My self esteem plummeted when I was bullied at school. I felt worthless and defective. I had always been good at art so I clung to this and it was a great source of self worth and confidence that helped me to survive.
I was diagnosed with depression at university around the same time I began to make the fairies. I found the repetitive process of making to be therapeutic; allowing my mind to access imaginary worlds like those I retreated to during childhood and the story of the fairies began to take shape. This proved welcome escapism from an often constant barrage of negative thoughts.
A determination to perfect the technique and discover as much as possible about the fairies, to see the project through, kept me going through university, even when my mental health deteriorated.
Having always been socially awkward, I felt more able to talk to people about my work by explaining the narrative behind the fairies, the stories of each piece, rather than as 'art'. This helped me to engage with people and cope with social anxiety.
I have to hang my installations myself, as they're very complex so over the years I have travelled a lot on my own, which was terrifying at first. I also overcame a fear of flying. My art has always given me a sense of empowerment that allows me to face and overcome such hurdles.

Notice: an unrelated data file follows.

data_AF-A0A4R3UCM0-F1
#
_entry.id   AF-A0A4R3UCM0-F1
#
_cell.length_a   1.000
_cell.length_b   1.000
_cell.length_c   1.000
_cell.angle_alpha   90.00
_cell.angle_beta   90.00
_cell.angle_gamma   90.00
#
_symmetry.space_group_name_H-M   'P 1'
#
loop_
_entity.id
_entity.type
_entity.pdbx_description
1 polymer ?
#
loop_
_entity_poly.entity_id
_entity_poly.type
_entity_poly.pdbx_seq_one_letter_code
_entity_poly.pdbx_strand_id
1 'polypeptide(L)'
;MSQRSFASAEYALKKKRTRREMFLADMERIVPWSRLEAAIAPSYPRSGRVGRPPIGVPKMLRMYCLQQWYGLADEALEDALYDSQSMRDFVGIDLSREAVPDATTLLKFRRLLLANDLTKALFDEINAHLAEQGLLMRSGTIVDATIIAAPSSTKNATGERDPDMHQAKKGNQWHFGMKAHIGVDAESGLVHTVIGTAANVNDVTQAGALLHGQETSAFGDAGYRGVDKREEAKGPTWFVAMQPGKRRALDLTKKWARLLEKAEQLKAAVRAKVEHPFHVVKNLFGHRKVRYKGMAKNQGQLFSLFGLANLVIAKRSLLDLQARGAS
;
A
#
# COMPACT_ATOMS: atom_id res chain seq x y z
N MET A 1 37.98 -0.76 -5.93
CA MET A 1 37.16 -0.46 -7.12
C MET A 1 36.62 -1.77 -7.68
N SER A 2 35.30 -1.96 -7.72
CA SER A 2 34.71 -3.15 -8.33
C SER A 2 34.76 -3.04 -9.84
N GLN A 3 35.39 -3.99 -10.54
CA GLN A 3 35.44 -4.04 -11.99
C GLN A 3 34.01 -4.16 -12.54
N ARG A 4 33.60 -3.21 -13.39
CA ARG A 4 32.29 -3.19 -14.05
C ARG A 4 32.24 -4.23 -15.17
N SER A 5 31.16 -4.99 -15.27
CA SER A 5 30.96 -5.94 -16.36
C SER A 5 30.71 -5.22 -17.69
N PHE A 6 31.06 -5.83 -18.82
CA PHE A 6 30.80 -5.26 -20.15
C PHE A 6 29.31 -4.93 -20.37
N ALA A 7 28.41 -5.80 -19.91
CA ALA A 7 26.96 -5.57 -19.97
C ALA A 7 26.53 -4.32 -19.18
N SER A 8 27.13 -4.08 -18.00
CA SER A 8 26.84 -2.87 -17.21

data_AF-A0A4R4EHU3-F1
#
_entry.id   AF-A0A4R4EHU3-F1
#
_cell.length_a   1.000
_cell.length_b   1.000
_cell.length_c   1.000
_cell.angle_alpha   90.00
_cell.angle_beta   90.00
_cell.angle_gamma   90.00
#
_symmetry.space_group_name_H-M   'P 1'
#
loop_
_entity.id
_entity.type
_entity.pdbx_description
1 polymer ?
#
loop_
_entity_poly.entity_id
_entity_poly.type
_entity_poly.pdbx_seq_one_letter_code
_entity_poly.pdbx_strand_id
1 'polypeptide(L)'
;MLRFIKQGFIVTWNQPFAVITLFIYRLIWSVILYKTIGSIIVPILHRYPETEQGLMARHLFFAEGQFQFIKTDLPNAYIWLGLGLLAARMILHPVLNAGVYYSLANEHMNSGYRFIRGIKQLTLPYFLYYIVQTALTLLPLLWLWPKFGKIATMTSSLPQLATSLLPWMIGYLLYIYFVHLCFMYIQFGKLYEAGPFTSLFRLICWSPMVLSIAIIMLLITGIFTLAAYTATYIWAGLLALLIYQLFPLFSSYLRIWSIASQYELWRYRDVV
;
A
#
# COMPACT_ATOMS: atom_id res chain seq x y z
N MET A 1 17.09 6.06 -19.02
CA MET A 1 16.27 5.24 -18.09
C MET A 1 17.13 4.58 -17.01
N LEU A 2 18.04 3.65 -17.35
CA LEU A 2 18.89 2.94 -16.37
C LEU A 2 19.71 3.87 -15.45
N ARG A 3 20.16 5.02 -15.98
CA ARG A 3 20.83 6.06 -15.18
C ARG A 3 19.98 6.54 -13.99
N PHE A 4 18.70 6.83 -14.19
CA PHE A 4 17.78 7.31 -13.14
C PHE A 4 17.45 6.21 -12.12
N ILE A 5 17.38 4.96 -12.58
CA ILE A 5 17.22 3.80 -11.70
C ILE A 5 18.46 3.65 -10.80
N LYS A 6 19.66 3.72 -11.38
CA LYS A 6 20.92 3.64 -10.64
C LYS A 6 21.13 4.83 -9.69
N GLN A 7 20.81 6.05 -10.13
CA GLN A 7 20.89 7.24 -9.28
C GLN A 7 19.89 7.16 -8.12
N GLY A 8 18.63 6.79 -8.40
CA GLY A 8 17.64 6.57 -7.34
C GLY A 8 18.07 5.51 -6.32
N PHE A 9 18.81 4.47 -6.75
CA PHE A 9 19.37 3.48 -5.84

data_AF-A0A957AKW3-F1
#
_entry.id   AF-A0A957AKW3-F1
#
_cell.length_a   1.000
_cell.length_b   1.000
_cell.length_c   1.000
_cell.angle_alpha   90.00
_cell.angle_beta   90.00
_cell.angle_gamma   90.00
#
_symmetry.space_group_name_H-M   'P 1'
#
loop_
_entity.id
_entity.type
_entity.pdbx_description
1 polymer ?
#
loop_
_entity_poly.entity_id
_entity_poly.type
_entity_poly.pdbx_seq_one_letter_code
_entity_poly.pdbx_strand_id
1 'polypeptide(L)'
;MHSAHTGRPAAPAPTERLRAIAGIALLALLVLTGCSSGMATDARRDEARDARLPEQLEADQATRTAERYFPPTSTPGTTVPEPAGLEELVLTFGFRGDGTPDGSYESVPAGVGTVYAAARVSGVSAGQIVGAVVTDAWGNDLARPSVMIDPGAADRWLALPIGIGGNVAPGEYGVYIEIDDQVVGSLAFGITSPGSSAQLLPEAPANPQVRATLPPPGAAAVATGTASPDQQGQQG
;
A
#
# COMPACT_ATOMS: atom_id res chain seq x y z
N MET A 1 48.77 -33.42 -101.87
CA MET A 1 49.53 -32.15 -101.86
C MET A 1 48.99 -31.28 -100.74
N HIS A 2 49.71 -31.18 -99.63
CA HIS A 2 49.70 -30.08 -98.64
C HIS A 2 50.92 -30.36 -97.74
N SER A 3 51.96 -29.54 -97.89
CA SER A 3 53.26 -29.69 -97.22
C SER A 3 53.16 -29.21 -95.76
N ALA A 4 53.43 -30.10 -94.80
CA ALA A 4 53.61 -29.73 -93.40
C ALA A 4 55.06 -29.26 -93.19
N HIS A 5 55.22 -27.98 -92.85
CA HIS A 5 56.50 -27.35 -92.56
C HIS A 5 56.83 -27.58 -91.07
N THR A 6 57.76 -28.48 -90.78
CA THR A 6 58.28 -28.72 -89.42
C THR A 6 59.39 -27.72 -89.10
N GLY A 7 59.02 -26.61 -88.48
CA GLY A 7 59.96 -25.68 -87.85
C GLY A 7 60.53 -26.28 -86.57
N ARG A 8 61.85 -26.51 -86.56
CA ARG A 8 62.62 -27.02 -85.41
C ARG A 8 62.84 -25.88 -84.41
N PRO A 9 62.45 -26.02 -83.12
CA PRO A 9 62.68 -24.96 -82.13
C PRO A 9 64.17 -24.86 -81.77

I've learnt to appear calm despite the inner turmoil caused by depression and anxiety. I find it hard to express anger and these feelings internalized led in the past to self harm.
I realise my work is is often rather violent and angry, and is a means of expressing these emotions as well as lighter ones such as frivolity and humour.
Depression numbs the senses, at times I feel nothing. Making art can be invigorating. The moment when you fall in love with what you are making is truly exhilarating.
Aside the fairies, a concurrent obsession is insects. I began collecting insects soon after I began making the fairies and researching their life histories informs the behavioural development of the fairies. Insects are endlessly fascinating, I'll never stop learning about them. I've been lucky to work with entomologists who have such infectious enthusiasm for their subject.
My art throws up bizarre and varied problems. Depression can make even simple tasks impossible, leaving you feeling useless and stupid. Having to figure out how to hang 1000 bees when the ceiling is too high or how to make a life size model of a flea help to sharpen my mind.
Being self employed has allowed me to get a dog small white dog 'Zetti' who comes to the studio with me and is of great help battling 'the black dog'. He's partial to chewing a crab claw, but thankfully he doesn't have a taste for fairies or insects!
Tessa Farmer is exhibiting her work in PERFECTIONISM (Part III) at Griffin Gallery, London, 4th October - 18th November.